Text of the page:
|The Siuslaw National Forest is a very diverse and productive region extending from Tillamook to Coos Bay along the Oregon coast. The forest encompasses over 630,000 acres of unique and varying ecosystems.The Forest is situated within the Oregon Coast Range, a mountain range that runs north to south from the Columbia River to north central California. The Siuslaw National Forest is bordered on the east by the Willamette Valley and the west by the Pacific Ocean and is one of only two national forests located in the lower 48 states to claim oceanfront property. Marys Peak, the highest peak in the Coast Range at elevation 4,097, is a prominent view west of Corvallis.Pacific Coast Scenic Byway Highway 101 runs parallel along the west side of the Forest and the Pacific Ocean, while Highways 26, 6, 18, 22, 20, 34, 126 and 38 provide access from the Portland metro area and central and southern Willamette Valley.Four major rivers flow out of the Siuslaw National Forest into the Pacific Ocean: the Nestucca, Alsea, Siuslaw, and Umpqua providing excellent habitat for anadromous fish. Many other smaller streams and tributaries add to the annual route salmon and steelhead take to their ancestral spawning ground.Abundant rainfall and mild winters provide growing conditions for a variety of vegetation species. The Siuslaw's temperate rain forest, coastal influence, ocean-forest interface, relatively young Douglas-fir forest, and cultural history make it unique among all other national forests.The Siuslaw has two distinct vegetation zones, Sitka spruce and western hemlock. The hardy Sitka spruce zone grows where the coast influence of mild temperatures, winds, and dense fog discourage other types of vegetation. Western hemlock grows well in shade beneath the dense Douglas-fire canopy. As Douglas fir matures, western hemlock takes over. Both zones contain freshwater, upland, offshore, and estuarine habitats that support a wide variety of vegetation, fish, and wildlife.The climate of the Siuslaw National Forest is best described as a Pacific maritime with recorded rainfall of up to100 inches per year in some parts of the Forest. Temperatures are moderate, averaging in the 30's to 40's during the winter with a very occasional snowfall. Summers are warm and dry, with cooler temperatures along the coast, warming up towards inland. A typical summer day at the Oregon Coast ranges in the 60's with fog as a very common occurrence.Stretching from the lush forests of the coastal mountains to the unique Oregon Dunes and on into the beaches of the Pacific Ocean, visitors have a wide variety of recreational opportunities to choose from. One can find activities to suit every taste, from hiking up to mountain views to beach combing, from whale watching to exploring the forest or dunes, the Siuslaw National Forest offers something for everyone.The Siuslaw National Forest has close to 40 developed campgrounds. Campsites generally include a table, a fire grate, and a tent or trailer space. Electric hookups are not available, although most campgrounds have water and a vault or flush toilets.The Siuslaw National Forest has about 230 miles of trails. Many of the trails are low-elevation, easy-access trails located in a moderate climate for year-round hiking. These trails offer a chance to explore a variety of settings, from coastal forests to sand dunes. The Forest offers trails for hiking, mountain biking, horseback riding, and off road vehicles. Some trail are can even be accessed in a wheelchair.Recreational fishing opportunities abound on the Siuslaw National Forest. Rivers, streams, lakes and the Pacific Ocean provide anglers the chance to catch salmon, steelhead, and trout, as well as a variety of warm water species. Estuaries and off-shore species including salmon, crab, mussels, and a vast array of rock fish are also available.The Siuslaw National Forest is home to two popular Off-Highway Vehicle Riding areas: Sand Lake Recreation Area and the Oregon Dunes National Recreation Area. Some campgrounds are especially designed for Off Highway Vehicle use. Dispersed Sand Camping is also allowed in some OHV riding areas.|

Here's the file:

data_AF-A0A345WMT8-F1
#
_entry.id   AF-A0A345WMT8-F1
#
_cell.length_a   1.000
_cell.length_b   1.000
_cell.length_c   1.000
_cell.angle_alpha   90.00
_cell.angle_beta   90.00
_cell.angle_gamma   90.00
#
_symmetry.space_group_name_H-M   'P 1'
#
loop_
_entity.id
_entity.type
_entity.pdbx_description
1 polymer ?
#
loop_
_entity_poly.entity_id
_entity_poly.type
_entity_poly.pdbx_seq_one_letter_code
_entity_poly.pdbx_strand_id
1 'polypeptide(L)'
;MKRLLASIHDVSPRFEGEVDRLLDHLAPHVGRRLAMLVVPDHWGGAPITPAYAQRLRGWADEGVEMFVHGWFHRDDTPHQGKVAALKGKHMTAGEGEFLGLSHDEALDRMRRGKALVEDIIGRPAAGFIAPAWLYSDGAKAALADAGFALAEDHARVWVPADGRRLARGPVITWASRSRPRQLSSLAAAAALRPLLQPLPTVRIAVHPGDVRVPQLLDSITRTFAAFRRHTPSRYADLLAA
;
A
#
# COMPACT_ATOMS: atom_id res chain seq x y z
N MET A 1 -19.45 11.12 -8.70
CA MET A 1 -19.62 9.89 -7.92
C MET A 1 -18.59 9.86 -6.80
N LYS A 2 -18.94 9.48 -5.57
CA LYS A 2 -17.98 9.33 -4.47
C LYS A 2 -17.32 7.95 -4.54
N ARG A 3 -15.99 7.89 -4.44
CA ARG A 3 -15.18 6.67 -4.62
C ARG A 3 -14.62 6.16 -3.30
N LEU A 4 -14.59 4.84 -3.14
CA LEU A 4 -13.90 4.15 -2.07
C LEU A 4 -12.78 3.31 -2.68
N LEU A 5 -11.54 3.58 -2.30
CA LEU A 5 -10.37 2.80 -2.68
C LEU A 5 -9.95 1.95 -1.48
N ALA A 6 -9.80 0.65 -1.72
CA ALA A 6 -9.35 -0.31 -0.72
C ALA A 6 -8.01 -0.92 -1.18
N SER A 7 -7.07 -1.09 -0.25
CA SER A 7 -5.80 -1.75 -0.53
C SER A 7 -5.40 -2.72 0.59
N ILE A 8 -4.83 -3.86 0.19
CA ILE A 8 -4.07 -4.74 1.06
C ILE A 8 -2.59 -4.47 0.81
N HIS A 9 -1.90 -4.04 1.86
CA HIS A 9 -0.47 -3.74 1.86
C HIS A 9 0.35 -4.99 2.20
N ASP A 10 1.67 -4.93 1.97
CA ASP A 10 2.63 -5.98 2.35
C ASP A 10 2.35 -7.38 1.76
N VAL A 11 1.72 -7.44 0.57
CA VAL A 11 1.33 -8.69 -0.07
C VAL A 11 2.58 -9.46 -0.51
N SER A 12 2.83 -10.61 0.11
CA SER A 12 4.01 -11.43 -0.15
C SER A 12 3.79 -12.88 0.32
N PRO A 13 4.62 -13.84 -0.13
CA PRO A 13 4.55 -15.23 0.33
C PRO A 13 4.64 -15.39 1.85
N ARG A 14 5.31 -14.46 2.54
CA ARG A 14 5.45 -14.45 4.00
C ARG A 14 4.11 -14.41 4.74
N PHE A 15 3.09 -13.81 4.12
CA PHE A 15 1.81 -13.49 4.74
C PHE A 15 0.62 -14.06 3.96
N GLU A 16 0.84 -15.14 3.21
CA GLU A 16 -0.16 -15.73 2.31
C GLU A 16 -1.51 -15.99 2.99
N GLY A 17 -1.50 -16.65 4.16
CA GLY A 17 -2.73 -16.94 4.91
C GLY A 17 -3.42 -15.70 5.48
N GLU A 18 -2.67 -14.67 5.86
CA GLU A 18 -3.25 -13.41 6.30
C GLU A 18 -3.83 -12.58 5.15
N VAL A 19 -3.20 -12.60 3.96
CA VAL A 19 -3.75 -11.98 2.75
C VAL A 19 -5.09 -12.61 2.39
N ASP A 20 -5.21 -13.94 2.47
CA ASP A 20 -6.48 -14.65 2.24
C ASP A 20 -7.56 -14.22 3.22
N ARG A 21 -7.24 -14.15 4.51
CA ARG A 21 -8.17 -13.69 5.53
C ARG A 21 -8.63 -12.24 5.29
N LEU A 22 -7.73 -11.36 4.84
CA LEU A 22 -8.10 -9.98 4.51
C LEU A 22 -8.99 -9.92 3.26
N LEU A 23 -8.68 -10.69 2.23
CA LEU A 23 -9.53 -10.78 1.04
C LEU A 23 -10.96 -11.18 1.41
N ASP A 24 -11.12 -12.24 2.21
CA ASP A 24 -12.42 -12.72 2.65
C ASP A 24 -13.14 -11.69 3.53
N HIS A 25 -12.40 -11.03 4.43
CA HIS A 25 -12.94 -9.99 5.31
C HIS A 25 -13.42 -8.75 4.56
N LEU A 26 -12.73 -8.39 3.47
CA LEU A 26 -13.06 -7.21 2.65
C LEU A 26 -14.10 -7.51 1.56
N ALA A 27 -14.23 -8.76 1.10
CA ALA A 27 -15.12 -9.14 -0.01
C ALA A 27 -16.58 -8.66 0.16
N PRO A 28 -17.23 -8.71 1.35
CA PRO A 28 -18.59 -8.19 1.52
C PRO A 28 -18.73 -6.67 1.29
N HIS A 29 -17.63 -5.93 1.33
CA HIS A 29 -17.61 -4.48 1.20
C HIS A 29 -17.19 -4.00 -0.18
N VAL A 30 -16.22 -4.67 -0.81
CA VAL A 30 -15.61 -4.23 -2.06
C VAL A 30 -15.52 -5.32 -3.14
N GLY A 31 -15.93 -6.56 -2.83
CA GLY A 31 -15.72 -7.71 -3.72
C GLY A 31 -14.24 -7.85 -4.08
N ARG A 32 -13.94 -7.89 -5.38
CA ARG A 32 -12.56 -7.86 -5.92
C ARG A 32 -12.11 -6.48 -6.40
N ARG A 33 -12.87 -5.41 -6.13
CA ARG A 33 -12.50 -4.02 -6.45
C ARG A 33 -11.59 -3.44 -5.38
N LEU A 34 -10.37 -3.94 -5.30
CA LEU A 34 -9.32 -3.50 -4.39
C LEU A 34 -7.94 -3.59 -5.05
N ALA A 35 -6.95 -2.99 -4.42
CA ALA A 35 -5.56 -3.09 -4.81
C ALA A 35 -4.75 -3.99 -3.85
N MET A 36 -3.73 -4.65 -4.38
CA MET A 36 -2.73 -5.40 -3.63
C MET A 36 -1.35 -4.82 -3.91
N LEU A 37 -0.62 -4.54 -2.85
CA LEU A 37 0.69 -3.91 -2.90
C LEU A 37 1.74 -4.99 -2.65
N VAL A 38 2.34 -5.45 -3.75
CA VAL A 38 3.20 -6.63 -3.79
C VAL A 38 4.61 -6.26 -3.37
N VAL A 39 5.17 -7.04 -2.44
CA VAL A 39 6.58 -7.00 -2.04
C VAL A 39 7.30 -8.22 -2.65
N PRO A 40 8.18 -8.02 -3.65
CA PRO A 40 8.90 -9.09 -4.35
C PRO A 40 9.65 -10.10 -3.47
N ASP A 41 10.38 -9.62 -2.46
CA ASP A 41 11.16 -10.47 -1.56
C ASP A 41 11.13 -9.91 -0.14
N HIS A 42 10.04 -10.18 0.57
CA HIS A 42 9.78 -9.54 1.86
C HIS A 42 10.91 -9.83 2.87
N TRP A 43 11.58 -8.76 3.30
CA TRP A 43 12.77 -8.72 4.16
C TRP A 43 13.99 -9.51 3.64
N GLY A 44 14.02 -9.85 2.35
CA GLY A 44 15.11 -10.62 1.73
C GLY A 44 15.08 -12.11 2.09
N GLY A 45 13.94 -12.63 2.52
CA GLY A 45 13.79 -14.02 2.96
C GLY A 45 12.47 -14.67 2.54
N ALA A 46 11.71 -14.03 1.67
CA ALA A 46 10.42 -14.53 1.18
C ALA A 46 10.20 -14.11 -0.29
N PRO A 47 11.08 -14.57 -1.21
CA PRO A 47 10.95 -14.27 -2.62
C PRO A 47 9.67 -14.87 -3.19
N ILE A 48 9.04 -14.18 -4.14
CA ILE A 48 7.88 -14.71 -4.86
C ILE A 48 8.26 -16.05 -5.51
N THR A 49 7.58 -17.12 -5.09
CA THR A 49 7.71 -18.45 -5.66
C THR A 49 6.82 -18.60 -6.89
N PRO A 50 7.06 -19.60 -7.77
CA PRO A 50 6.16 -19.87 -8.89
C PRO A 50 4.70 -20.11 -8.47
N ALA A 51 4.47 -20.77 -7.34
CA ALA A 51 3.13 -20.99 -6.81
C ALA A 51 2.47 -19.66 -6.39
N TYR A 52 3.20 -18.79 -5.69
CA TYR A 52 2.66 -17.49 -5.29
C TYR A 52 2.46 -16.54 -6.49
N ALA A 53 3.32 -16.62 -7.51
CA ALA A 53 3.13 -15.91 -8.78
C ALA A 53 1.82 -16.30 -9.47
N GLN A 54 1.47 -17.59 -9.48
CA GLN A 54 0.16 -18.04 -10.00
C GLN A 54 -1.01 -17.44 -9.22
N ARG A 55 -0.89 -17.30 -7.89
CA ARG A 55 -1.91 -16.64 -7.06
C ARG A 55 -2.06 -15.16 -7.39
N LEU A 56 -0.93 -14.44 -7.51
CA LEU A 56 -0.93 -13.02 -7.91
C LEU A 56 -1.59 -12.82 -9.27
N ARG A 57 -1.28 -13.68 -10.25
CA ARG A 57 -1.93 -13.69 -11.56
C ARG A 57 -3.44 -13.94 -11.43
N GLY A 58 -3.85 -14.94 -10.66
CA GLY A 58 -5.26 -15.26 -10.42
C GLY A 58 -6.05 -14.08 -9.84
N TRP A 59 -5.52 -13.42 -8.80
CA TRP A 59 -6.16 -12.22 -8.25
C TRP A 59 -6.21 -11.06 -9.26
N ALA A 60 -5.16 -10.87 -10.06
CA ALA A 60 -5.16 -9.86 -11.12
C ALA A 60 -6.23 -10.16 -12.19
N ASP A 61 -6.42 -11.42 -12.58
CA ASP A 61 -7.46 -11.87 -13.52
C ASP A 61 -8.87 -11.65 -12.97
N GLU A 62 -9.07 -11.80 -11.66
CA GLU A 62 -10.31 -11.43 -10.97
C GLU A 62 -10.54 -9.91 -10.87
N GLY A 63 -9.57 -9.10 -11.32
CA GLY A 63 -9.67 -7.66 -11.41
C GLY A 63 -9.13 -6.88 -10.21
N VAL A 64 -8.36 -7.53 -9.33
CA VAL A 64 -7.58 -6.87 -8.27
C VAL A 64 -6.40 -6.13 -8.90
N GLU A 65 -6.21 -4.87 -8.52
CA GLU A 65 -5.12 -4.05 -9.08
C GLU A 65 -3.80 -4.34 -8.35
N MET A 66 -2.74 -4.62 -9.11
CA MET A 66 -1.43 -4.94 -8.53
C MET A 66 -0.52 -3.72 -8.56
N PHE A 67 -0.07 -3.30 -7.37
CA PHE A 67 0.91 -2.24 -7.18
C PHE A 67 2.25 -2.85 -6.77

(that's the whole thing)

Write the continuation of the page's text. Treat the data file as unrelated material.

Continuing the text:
|Facilities: Siuslaw National Forest provides close to 40 developed campgrounds. Campsites generally include a table, a fire grate, and a tent or trailer space. Electric hookups are not available, although most campgrounds have water and a vault or flush toilets.|
Best Time To Visit: Siuslaw National Forest is open year round.
Fees: Parking, camping, and/or entrance fees may be charged at some of the recreation sites within Siuslaw National Forest.
Accessibility: Several of the campgrounds within the forest provide access for the physically challenged. Some trail in the Forest can be accessed by wheelchairs.
Rules: Check the local fishing, hunting, and fire regulations. Do not leave campfires unattended. Pets must always be restrained or on a leash while in developed recreation sites. Alcohol is prohibited in OHV areas.
Directions: The Siuslaw National Forest is located along the central Oregon Coast and extends into the Coast Range Mountains. The forest encompasses over 630,000 acres of unique and varying ecosystems. The Forest is bordered on the east by the Willamette Valley and the west by the Pacific Ocean and is one of only two national forests located in the lower 48 states to claim oceanfront property.
Map: Click here for a map to Siuslaw National Forest
Reservations: Reservations are not needed or accepted to visit the Siuslaw National Forest. Reservations may be accepted or required for campgrounds and other recreation sites within the forest.
|Siuslaw National Forest|
|4077 S.W. Research Way|
|P.O. Box 1148|
|Corvallis, Oregon 97339|
|General: (541) 750-7000|
|Fax: (541) 750-7234|
|TTY: (541) 750-7006|